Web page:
Smart Money Moves to Set You Up for Success
Like many millennials, my relationship with money hasn’t always been easy. While I’m proud of how far I’ve come, nothing could have prepared me for the curveball the Coronavirus pandemic sent to all our finances.
Many people lost their jobs, savings, and financial securities due to the uncertainties and closures that came with the worldwide virus. Although it’s hard to think about money during these difficult times, it’s precisely why we have to prioritize our finances.
Times are tough, but so are we. Setting ourselves up for financial success is key to making sure we come out of these difficulties stronger than ever. Below are five smart money moves to set you up for financial success.
Clean your credit
While it might seem silly to focus on your credit score during these troubling times, there can be many benefits to doing so. If you were lucky enough to keep your job, then you’re probably finding that there are some areas where you’re saving money. After all, there’s less travel, leisure, and personal care to spend on.
This is a great time to look over your credit report and see where you can improve. If there are small balances you can tackle, do it. You never know when you’ll need to run your credit.
Drop your debt
Debt has been normalized for as long as I can remember. Unfortunately, debt is never good, so it’s time to drop the debt once and for all. Of course, depending on the amount of debt under your belt, it can rarely be paid off overnight, but there are baby steps you can take to a healthier financial future.
One of the easiest methods you can try is Dave Ramsey’s Snowball Method. To put it simply, this is when you pay off debt from smallest to biggest regardless of the interest rate. This helps build momentum to get you crushing your goals faster.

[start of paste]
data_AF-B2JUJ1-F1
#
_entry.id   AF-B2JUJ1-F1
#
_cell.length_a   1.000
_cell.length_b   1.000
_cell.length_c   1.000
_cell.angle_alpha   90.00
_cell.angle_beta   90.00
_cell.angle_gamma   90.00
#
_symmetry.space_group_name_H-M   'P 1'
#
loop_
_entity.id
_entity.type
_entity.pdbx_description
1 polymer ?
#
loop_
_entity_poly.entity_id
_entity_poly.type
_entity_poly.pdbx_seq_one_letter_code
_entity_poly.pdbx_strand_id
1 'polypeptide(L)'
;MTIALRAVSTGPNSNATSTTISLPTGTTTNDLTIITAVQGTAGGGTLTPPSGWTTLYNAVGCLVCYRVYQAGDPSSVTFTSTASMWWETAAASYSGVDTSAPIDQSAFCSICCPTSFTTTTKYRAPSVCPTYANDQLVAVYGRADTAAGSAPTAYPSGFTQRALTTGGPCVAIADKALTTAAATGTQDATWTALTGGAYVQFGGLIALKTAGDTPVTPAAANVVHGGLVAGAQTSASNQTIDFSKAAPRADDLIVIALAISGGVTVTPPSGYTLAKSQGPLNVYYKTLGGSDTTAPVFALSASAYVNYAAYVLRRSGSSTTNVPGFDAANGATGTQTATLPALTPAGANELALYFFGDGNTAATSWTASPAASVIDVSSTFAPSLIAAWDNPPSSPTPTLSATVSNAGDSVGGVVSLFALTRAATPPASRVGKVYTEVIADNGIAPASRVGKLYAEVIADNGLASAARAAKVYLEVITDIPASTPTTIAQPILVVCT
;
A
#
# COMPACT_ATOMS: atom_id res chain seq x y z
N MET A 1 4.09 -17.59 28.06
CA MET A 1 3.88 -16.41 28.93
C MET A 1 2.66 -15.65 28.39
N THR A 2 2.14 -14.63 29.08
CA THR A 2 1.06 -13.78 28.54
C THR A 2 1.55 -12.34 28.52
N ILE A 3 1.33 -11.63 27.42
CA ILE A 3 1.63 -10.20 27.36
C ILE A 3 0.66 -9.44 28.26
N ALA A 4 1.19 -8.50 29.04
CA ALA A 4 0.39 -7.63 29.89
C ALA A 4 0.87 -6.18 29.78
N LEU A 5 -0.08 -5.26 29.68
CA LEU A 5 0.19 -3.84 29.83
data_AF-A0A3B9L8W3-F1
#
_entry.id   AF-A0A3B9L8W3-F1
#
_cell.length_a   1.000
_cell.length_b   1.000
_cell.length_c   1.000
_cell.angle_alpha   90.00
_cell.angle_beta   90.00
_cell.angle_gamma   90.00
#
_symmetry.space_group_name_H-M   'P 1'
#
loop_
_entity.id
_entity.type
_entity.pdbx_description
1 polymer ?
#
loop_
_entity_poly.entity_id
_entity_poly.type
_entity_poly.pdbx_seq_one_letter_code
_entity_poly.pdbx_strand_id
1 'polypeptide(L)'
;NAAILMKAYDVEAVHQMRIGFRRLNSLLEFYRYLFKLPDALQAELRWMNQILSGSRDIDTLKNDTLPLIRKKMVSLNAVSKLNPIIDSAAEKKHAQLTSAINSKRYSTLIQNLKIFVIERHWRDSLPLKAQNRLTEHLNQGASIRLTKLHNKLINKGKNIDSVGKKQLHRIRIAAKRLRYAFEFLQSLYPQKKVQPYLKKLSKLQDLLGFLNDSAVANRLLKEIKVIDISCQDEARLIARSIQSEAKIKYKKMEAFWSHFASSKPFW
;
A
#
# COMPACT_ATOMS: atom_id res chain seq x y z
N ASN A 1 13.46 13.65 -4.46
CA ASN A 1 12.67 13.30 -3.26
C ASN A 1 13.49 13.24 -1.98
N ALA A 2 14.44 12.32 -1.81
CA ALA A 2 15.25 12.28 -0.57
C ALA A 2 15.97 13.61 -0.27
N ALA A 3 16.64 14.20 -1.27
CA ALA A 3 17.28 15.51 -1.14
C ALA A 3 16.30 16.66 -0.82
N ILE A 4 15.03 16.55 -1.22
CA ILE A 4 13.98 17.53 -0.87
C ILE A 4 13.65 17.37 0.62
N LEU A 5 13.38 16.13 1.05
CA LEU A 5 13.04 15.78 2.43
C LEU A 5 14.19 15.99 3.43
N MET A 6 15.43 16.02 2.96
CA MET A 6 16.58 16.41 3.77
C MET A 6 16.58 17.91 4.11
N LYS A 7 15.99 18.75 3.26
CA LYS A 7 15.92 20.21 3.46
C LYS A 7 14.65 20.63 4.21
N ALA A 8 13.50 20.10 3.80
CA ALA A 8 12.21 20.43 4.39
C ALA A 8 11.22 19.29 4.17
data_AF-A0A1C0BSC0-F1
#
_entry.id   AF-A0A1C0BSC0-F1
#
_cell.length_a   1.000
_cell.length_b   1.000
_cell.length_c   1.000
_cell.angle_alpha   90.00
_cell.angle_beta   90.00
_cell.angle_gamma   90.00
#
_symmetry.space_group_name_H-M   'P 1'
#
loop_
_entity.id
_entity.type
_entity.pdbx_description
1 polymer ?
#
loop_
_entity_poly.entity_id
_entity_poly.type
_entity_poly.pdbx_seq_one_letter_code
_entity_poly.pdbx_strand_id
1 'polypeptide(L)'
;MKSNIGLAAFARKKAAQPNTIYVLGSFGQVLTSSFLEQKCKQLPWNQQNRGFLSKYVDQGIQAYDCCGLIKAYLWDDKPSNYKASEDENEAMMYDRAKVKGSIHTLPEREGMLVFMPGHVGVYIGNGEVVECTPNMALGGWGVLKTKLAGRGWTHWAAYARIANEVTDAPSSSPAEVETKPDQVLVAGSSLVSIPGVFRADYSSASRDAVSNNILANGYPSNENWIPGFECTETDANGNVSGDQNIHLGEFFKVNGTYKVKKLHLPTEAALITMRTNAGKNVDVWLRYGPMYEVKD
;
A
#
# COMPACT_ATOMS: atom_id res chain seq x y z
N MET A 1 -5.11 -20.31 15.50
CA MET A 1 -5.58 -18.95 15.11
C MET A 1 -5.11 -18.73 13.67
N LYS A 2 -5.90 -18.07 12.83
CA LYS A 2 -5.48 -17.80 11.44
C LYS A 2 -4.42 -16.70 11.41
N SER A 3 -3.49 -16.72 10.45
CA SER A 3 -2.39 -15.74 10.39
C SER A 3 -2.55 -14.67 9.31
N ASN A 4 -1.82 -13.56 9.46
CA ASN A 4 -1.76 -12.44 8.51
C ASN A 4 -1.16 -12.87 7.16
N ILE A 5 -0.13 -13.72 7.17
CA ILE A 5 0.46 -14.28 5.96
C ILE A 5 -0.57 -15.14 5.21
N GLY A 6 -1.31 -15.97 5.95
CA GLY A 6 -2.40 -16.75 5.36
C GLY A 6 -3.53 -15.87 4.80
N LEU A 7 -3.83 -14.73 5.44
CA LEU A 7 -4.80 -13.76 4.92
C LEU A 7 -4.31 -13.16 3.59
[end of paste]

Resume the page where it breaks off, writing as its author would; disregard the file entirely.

For many of us, living paycheck to paycheck is an unfortunate reality. While it’s inevitable for some, it’s a challenge many can overcome. We often spend every dollar we have to our name because we can. Saving isn’t a priority, which is unfortunate during these uncertain times.
Emergency savings can be the difference between paying your mortgage for six months after losing your job or foreclosing your house. A little can go a long way over time, and it’s never too late to start.
Prioritize and plan
Whether you want to pay off student loans or start saving for a new house, prioritizing and planning are key to success. Take the time to sit down and evaluate where you want to be in the next 6 to 12 months. You’ll be surprised how effective a plan can be to reach your financial goals.
I know, this can be easier said than done, but it can be done. When was the last time you looked over your bank statements? Does your spending reflect your values? If you’re making unnecessary purchases at Target and Costco, it might be helpful to stay away from those stores until you build the discipline to lower your spending.
Even the smallest purchases add up over time, and they’re holding you back from financial success.